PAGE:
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Typography for Law Reviews

Author: Anonym/Thursday, November 15, 2012/Categories: Notices

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Starting with Volume 63, the typography of the Case Western Reserve Law Review has received an update. In redesigning the typography and layout of this Law Review, we kept in mind that "[g]ood typography is measured on a utilitarian yard stick. Typography that is aesthetically pleasant, but that doesn’t reinforce the goals of the text, is a failure. Typography that reinforces the goals of the text, even if aesthetically unpleasant, is a success."1 To this end, we chose a new typeface, designed a new layout, and updated the header and footer. Above all, we hope these changes will make reading this and future volumes more enjoyable whether in print or electronically.

I. Choosing the Typeface

A. The Typeface
For the typeface, we chose a variant of Computer Modern, a typeface designed by Donald Knuth, alumnus of this University.2

B. Small Capitals
True small capital letters must be designed in a typeface. As this is not a standard feature, word processors “make” small capitals by using the capital letters from a typeface at normal and condensed sizes. The result is small capital letters with distorted proportions and thinner strokes. The Computer Modern typeface was selected in part because it has a true small capital letter variant. This variant face is used in the headings, headers, title pages, cover, and in bluebook citations.

C. Below the Line Text
The margins of the above the line text permits the proper number of characters per line for optimal reading. As the below the line text is a smaller typeface, this means that at the same margins or very near the same margins there are too many characters on each line of footnote text if the exact same typeface is used below the line as is used above the line. For that reason, proper footnote typefaces are slightly wider. For this reason, the below the line text is the 9 pt variant of Computer Modern, as opposed to the thinner 12 pt variant of Computer Modern used above the line.

D. Mathematical Formulae
One delightful consequence of this change is improved display of numbers as well as the ability to use Knuth’s much beloved software, TeX, for typesetting mathematical formulae. This will be especially helpful in articles containing sophisticated mathematical and statistical analysis of legal issues.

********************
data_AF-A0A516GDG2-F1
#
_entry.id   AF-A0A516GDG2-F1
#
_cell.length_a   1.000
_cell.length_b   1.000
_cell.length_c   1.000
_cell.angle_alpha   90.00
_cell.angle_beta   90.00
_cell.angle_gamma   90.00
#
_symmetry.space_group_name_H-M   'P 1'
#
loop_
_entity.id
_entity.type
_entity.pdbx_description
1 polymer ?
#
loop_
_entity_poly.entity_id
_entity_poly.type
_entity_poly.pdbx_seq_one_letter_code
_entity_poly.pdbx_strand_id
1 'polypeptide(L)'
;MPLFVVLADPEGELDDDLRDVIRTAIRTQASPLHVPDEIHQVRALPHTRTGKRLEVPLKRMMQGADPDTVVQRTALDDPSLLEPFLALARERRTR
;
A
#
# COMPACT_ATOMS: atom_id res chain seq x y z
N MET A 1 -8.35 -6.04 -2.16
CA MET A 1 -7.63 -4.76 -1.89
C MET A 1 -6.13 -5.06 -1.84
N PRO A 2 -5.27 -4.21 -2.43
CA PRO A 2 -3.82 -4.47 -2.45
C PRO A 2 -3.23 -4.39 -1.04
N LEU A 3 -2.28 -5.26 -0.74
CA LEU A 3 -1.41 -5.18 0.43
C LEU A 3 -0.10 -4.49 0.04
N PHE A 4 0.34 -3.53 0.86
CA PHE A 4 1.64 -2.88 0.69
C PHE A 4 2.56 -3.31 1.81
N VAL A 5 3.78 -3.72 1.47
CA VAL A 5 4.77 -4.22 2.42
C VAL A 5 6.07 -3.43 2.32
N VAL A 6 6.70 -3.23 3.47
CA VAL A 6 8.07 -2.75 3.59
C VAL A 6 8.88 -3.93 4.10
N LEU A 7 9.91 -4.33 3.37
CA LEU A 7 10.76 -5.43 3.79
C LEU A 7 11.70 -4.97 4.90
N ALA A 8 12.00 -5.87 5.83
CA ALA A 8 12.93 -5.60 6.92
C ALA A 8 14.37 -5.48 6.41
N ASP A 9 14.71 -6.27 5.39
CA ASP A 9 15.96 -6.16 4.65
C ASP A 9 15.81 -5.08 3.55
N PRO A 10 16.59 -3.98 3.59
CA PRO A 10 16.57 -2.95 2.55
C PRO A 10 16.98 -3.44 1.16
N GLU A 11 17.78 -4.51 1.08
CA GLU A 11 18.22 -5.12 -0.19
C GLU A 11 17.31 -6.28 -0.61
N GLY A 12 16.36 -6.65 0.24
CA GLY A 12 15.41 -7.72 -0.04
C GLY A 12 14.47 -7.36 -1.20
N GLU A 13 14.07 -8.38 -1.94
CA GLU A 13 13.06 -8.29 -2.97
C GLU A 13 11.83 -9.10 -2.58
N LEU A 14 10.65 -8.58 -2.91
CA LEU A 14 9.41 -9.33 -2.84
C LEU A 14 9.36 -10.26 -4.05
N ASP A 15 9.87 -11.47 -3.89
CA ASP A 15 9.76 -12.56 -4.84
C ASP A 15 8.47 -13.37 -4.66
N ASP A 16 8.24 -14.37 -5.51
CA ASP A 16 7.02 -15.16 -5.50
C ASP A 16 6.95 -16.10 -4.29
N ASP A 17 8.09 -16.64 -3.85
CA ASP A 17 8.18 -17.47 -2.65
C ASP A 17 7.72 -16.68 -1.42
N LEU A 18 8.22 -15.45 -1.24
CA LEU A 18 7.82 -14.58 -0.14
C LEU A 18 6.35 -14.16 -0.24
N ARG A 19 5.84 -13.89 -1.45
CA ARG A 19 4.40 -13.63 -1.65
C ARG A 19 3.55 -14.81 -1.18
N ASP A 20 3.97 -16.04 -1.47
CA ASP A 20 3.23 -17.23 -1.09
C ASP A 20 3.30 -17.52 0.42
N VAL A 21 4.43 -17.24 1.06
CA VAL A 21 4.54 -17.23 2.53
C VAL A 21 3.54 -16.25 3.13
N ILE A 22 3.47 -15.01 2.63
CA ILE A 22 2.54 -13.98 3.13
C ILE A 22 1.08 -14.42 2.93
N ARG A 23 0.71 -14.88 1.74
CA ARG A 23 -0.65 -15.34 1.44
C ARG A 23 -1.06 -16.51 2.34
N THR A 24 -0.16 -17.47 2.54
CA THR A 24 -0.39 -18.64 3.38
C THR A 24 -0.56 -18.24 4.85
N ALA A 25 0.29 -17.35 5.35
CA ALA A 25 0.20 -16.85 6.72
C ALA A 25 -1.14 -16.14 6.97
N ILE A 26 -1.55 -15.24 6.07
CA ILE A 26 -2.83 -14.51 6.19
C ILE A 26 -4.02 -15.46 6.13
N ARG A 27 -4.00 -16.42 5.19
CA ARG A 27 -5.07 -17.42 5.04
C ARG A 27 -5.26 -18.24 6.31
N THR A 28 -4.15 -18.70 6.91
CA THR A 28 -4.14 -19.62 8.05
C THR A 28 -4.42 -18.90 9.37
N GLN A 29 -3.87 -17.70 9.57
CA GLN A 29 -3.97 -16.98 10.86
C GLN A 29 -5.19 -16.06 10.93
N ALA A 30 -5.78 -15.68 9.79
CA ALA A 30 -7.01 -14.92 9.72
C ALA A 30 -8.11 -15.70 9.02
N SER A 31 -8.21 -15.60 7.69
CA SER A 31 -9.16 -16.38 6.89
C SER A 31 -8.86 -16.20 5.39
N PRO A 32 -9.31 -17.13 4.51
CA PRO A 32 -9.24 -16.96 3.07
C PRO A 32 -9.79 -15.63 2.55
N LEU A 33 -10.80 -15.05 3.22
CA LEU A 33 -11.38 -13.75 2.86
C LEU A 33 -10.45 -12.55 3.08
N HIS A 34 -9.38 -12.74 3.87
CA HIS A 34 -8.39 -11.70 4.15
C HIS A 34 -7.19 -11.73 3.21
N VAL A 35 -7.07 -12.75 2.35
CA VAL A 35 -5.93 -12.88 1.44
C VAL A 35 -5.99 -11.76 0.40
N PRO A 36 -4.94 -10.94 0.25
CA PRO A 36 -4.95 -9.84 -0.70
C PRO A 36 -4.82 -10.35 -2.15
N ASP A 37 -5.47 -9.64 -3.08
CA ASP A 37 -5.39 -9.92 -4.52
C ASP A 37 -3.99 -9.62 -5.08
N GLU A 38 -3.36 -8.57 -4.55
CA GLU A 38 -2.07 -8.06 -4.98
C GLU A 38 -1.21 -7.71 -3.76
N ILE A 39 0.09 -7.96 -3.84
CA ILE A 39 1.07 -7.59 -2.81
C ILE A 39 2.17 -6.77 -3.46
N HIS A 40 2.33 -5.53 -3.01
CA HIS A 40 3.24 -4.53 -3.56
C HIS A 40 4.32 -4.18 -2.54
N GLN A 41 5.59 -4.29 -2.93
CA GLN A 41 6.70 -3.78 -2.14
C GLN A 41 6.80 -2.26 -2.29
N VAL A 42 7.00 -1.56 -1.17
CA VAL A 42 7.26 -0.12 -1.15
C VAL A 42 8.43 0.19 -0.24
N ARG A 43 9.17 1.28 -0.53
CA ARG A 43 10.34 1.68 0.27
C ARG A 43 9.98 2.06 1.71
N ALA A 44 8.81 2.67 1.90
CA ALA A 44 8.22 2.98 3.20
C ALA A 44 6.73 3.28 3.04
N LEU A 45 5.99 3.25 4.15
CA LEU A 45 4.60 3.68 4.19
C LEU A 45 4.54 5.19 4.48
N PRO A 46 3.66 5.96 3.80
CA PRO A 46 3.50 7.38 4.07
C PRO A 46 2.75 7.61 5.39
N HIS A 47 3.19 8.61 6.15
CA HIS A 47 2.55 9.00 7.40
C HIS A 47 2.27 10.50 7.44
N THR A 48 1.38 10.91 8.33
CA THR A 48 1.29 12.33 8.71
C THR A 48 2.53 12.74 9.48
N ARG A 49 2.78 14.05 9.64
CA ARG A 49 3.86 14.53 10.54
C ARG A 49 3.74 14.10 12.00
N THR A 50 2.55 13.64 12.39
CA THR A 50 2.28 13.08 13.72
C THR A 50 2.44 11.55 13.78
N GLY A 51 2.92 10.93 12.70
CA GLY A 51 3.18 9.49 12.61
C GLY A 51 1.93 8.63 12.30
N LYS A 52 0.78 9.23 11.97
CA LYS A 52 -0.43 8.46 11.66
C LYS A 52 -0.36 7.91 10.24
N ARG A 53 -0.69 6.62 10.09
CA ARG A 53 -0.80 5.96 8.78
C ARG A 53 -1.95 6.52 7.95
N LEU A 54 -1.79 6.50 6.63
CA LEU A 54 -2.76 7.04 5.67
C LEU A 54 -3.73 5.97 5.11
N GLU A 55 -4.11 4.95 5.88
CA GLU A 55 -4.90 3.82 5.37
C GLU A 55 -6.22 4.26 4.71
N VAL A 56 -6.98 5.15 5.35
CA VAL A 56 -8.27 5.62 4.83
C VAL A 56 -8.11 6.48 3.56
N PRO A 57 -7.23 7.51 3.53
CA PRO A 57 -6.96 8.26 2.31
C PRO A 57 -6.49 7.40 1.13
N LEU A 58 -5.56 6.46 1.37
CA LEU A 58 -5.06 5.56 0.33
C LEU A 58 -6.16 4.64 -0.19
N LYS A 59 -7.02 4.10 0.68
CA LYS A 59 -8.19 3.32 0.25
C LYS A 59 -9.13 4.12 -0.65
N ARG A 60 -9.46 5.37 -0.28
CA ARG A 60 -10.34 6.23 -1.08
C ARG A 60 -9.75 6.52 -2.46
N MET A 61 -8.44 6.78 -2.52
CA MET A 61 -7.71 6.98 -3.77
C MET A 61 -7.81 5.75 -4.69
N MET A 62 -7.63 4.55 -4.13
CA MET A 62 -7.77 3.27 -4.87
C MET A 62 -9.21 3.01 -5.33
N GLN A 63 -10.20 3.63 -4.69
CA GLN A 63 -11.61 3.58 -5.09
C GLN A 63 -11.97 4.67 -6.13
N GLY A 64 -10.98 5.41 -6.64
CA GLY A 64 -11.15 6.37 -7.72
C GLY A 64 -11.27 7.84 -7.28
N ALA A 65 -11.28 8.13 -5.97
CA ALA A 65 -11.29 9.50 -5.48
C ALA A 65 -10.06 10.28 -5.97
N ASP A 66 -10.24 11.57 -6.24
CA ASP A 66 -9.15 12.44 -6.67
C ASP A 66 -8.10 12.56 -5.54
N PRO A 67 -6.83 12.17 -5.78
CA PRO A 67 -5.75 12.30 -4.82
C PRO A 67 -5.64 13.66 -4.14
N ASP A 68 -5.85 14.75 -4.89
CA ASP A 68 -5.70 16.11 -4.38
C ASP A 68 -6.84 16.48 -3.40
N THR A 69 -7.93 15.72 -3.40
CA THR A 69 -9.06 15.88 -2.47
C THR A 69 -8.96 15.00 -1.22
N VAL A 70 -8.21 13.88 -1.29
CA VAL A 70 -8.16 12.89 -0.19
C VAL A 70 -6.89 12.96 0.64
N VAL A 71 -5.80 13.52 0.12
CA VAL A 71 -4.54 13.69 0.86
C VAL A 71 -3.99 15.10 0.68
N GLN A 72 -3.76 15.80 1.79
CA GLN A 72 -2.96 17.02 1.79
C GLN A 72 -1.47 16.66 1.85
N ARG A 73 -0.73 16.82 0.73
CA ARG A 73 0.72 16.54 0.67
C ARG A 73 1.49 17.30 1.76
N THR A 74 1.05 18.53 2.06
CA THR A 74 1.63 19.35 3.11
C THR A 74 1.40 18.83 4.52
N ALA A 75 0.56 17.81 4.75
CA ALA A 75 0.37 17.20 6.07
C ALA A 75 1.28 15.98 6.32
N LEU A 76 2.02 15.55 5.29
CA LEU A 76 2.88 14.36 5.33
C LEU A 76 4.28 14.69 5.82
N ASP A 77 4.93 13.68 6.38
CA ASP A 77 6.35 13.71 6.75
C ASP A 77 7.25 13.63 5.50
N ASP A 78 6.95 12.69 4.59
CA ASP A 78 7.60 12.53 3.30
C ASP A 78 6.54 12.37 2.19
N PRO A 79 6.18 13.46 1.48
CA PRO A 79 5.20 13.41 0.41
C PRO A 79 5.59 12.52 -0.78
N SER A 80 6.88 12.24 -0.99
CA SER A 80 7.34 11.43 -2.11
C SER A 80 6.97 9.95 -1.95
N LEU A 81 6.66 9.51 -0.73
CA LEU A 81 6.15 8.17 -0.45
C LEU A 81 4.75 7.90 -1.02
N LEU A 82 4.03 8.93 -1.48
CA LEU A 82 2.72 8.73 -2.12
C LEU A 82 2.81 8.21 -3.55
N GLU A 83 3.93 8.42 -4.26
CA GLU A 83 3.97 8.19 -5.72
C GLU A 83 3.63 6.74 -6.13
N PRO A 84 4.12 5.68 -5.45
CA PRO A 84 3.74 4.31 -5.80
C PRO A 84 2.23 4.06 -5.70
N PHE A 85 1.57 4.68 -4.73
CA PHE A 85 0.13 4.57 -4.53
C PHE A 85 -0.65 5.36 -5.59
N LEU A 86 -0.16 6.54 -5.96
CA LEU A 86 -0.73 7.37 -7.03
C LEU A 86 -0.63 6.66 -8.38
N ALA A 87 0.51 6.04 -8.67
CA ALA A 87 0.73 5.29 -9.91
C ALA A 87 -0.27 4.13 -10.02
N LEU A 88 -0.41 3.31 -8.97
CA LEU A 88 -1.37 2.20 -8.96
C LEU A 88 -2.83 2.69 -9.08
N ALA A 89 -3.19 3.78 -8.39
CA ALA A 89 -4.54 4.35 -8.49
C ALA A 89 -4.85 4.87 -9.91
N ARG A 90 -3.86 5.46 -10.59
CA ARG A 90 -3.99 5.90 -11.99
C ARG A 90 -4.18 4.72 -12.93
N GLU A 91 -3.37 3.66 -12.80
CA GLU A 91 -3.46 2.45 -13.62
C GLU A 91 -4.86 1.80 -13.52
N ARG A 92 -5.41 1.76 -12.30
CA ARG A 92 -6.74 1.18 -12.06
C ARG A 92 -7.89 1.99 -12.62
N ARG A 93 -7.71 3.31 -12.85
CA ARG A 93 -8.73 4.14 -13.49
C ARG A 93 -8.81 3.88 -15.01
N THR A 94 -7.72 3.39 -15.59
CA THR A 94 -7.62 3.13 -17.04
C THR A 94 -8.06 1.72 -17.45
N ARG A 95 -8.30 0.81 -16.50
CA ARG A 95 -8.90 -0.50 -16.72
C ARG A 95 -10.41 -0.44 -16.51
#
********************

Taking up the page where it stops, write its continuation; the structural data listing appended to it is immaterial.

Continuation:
II. Designing the Layout

There are many subtle changes to the layout of the text above the line, and some less subtle changes below the line.

A. Above the Line Changes to the Layout

1. Formatting of Headings
There are slight changes to the headings. All headings now have spacing that is multiples of paragraph text so that paragraph text above the line on a page “backs up” paragraph text on the opposite side of the printed page. Main headings have real small capital letters, as discussed. Otherwise, the main headings are largely the same. Subheadings remain centered. Subsubheadings are now centered as the journal used to have them and are now set in roman type instead of italic to better distinguish them from subheadings. Subsubsubheadings remain left justified and in italic. Subsubheadings and subsubsubheadings are typeset in a smaller 10 point text size to better offset them from the text and better distinguish from the higher level headings.

2. Paragraph Formatting
The paragraphs use 10.5 point sized Computer Modern 12 variant text. Lines are spaced at 12 points. The use of the 12 variant allows for information density comparable to Times New Roman.3  Paragraphs are indented by one quarter of an inch.

B. Below the Line
There are also several changes below the line, including the line. The typeface, as discussed above, is a wider width variant of Computer Modern designed for footnote text. In addition, the footnote text is indented slightly, following the lead of the Yale Law Journal. The result of using a footnote specific typeface and indentation is far more readable footnotes. To allow for better footnote navigation, the footnote references are set as ordinary text set to the left of the footnote. This practice allows the reader to easily locate the desired reference and also better distinguishes when one footnote ends and another begins, especially when footnotes have multiple paragraphs.